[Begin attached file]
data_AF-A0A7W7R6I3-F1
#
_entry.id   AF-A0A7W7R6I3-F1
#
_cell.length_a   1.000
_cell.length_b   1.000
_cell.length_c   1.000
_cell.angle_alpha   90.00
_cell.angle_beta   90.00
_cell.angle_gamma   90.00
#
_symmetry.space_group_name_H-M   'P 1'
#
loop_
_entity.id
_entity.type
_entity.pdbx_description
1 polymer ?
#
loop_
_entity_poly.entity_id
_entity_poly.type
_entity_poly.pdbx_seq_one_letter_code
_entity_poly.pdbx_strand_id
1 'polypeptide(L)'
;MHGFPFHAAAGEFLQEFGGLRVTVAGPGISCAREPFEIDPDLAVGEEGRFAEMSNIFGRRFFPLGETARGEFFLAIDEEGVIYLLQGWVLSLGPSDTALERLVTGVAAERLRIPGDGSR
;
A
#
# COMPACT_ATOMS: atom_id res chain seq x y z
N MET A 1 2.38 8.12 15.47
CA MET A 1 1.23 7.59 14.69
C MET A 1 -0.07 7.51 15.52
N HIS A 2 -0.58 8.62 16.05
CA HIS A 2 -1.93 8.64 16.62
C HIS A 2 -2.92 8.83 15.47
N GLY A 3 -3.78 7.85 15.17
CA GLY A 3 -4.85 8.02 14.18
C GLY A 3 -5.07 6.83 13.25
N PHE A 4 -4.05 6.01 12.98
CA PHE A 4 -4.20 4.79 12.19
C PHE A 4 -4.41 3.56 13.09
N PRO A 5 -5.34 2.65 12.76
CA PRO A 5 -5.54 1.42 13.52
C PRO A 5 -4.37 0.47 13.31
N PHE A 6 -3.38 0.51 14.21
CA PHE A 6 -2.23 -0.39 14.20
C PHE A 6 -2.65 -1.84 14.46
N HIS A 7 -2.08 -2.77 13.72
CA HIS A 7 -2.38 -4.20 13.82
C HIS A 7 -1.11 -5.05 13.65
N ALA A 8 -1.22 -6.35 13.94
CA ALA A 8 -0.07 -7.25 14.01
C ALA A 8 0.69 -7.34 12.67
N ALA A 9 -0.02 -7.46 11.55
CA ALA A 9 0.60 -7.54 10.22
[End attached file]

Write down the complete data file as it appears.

data_AF-A0A7W7R6I3-F1
#
_entry.id   AF-A0A7W7R6I3-F1
#
_cell.length_a   1.000
_cell.length_b   1.000
_cell.length_c   1.000
_cell.angle_alpha   90.00
_cell.angle_beta   90.00
_cell.angle_gamma   90.00
#
_symmetry.space_group_name_H-M   'P 1'
#
loop_
_entity.id
_entity.type
_entity.pdbx_description
1 polymer ?
#
loop_
_entity_poly.entity_id
_entity_poly.type
_entity_poly.pdbx_seq_one_letter_code
_entity_poly.pdbx_strand_id
1 'polypeptide(L)'
;MHGFPFHAAAGEFLQEFGGLRVTVAGPGISCAREPFEIDPDLAVGEEGRFAEMSNIFGRRFFPLGETARGEFFLAIDEEGVIYLLQGWVLSLGPSDTALERLVTGVAAERLRIPGDGSR
;
A
#
# COMPACT_ATOMS: atom_id res chain seq x y z
N MET A 1 2.38 8.12 15.47
CA MET A 1 1.23 7.59 14.69
C MET A 1 -0.07 7.51 15.52
N HIS A 2 -0.58 8.62 16.05
CA HIS A 2 -1.93 8.64 16.62
C HIS A 2 -2.92 8.83 15.47
N GLY A 3 -3.78 7.85 15.17
CA GLY A 3 -4.85 8.02 14.18
C GLY A 3 -5.07 6.83 13.25
N PHE A 4 -4.05 6.01 12.98
CA PHE A 4 -4.20 4.79 12.19
C PHE A 4 -4.41 3.56 13.09
N PRO A 5 -5.34 2.65 12.76
CA PRO A 5 -5.54 1.42 13.52
C PRO A 5 -4.37 0.47 13.31
N PHE A 6 -3.38 0.51 14.21
CA PHE A 6 -2.23 -0.39 14.20
C PHE A 6 -2.65 -1.84 14.46
N HIS A 7 -2.08 -2.77 13.72
CA HIS A 7 -2.38 -4.20 13.82
C HIS A 7 -1.11 -5.05 13.65
N ALA A 8 -1.22 -6.35 13.94
CA ALA A 8 -0.07 -7.25 14.01
C ALA A 8 0.69 -7.34 12.67
N ALA A 9 -0.02 -7.46 11.55
CA ALA A 9 0.60 -7.54 10.22